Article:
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22

Cast your burden on the Lord,

and he will sustain you;

he will never permit

the righteous to be moved.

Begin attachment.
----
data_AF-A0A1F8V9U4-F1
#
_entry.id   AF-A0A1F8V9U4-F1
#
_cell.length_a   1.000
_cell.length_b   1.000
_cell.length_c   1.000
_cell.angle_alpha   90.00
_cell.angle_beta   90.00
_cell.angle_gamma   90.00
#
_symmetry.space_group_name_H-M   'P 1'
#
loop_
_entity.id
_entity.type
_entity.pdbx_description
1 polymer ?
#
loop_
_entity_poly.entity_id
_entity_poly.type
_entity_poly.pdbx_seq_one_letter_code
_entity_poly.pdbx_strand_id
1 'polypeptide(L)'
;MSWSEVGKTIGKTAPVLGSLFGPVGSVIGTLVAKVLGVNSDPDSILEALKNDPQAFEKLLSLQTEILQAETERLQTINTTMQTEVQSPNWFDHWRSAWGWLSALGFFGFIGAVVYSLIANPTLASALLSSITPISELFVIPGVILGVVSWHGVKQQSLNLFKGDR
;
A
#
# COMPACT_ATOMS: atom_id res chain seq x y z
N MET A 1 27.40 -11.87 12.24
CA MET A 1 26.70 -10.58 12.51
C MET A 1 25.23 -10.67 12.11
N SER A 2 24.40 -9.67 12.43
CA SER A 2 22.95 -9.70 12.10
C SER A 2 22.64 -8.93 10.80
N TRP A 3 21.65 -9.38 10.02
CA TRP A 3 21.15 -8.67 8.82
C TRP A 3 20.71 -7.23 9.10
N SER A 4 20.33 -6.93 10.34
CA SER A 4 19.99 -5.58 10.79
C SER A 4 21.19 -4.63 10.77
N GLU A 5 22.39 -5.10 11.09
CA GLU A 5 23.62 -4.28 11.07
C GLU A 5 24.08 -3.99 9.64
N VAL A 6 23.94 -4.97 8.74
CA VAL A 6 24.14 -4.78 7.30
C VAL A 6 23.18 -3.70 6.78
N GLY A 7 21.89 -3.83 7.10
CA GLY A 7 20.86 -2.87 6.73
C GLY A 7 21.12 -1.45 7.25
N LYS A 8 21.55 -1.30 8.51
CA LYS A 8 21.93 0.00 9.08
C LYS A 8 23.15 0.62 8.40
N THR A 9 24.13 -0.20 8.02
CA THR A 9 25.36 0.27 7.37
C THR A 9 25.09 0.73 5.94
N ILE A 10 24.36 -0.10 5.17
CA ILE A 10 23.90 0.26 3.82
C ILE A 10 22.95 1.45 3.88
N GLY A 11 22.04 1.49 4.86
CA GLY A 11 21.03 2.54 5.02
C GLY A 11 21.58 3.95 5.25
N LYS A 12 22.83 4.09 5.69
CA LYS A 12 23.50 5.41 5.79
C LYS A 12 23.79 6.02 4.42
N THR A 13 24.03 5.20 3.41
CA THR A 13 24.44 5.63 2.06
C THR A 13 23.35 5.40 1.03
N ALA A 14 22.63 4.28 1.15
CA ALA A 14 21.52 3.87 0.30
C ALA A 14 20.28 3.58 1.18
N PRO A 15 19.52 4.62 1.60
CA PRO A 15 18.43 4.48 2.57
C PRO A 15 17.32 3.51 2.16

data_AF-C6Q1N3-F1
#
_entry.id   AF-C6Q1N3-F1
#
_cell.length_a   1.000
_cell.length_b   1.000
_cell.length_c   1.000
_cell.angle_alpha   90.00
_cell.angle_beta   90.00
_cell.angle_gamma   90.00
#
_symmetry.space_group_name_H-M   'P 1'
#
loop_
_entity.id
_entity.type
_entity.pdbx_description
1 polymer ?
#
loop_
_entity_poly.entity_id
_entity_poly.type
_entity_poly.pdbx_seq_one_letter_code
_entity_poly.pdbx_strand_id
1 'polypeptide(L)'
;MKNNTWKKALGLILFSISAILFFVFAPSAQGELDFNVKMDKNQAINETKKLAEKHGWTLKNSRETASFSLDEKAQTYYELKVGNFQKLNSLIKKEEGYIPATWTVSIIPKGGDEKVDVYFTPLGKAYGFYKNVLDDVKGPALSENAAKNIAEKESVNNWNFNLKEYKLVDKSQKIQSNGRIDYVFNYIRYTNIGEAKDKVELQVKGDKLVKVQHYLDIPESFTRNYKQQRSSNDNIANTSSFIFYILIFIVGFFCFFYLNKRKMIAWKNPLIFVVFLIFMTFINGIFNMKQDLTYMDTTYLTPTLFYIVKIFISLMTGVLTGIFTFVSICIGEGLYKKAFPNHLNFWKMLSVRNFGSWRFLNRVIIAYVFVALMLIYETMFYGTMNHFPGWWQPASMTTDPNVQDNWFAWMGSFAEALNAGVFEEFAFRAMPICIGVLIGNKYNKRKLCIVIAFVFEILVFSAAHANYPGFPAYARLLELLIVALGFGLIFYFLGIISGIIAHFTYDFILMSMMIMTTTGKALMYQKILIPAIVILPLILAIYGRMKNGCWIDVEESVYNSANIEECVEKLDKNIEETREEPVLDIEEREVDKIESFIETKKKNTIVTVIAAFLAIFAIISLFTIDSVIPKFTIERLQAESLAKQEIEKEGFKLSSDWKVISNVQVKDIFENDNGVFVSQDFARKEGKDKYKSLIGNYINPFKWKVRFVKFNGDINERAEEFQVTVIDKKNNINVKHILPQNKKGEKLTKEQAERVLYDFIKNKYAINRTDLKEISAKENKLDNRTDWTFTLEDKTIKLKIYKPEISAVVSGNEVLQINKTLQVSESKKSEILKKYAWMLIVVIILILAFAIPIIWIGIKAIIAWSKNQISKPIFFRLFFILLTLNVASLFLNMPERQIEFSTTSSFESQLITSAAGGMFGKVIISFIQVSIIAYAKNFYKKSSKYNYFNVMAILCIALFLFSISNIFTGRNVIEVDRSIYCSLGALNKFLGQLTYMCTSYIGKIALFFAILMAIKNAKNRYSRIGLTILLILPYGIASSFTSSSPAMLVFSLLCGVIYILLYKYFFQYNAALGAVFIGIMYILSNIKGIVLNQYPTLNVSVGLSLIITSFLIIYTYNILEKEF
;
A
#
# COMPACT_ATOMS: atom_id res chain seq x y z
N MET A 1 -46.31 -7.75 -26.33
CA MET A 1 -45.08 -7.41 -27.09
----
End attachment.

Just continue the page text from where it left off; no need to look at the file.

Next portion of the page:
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22 Cast thy giving upon Jehovah. The Hebrew verb יהב, yahab, signifies to give, so that יהבע, yehobcha, according to the ordinary rules of grammar, should be rendered thy giving, or thy gift. 321321     “What thou desirest to have given thee,” according to the Chaldee, which renders the word thy hope; i e., that which thou hopest to receive. On the margin of our English Bibles it is, thy gift, which Williams explains by “allotment.” “Cast thy allotment upon the Lord,” says he, “on which we may remark, that whatever allotment we receive from God, whether of prosperity or adversity, it is our duty to refer it back to him: ‘He that giveth to the poor lendeth to the Lord, and he will repay him;’ or if our lot be adverse, ‘he will sustain’ under every burden, and ‘never suffer the righteous to be moved’ from his foundation.” In like manner Rogers understands the word. “Cast upon Jehovah what he allots you; i e., commit to Jehovah your destiny. Supply אשר before יהבך” — Book of Psalms in Hebrew, volume 2, p. 210. The Septuagint reads, μέριμνάν, thy care; in which it is followed by the apostle Peter, (1 Peter 5:5.) The reading of the Vulgate, Syriac, Æthiopic, and Arabic versions is the same. Most interpreters read thy burden, but they assign no reason for this rendering. The verb יהב, yahab, never denotes to burden, and there is no precedent which might justify us in supposing that the noun deduced from it can mean a burden. They have evidently felt themselves compelled to invent that meaning from the harshness and apparent absurdity of the stricter translation, Cast thy gift upon Jehovah. And I grant that the sentiment they would express is a pious one, that we ought to disburden ourselves before God of all the cares and troubles which oppress us. There is no other method of relieving our anxious souls, but by reposing ourselves upon the providence of the Lord. At the same time, I find no example of such a translation of the word, and adhere therefore to the other, which conveys sufficiently important instruction, provided we understand the expression gift or giving in a passive sense, as meaning all the benefits which we desire God to give us. The exhortation is to the effect that we should resign into the hands of God the care of those things which may concern our advantage. It is not enough that we make application to God for the supply of our wants. Our desires and petitions must be offered up with a due reliance upon his providence, for how many are there who pray in a clamorous spirit, and who, by the inordinate anxiety and restlessness which they evince, seem resolved to dictate terms to the Almighty. In opposition to this, David recommends it as a due part of modesty in our supplications, that we should transfer to God the care of those things which we ask, and there can be no question that the only means of checking an excessive impatience is an absolute submission to the Divine will, as to the blessings which should be bestowed. Some would explain the passage: Acknowledge the past goodness of the Lord to have been such, that you ought to hope in his kindness for the future. But this does not give the genuine meaning of the words. As to whether David must be considered as here exhorting himself or others, it is a question of little moment, though he seems evidently, in laying down a rule for his own conduct, to prescribe one at the same time to all the children of God. The words which he subjoins, And he shall feed thee, clearly confirm that view of the passage which I have given above. Subject as we are in this life to manifold wants, we too often yield ourselves up to disquietude and anxiety. But David assures us that God will sustain to us the part of a shepherd, assuming the entire care of our necessities, and supplying us with all that is really for our advantage. He adds, that he will not suffer the righteous to fall, or always to stagger If מוט, mot, be understood as meaning a fall, then the sense will run: God shall establish the righteous that he shall never fall. But the other rendering seems preferable. We see that the righteous for a time are left to stagger, and almost to sink under the storms by which they are beset. From this distressing state David here declares, that they shall be eventually freed, and blessed with a peaceful termination of all their harassing dangers and cares.




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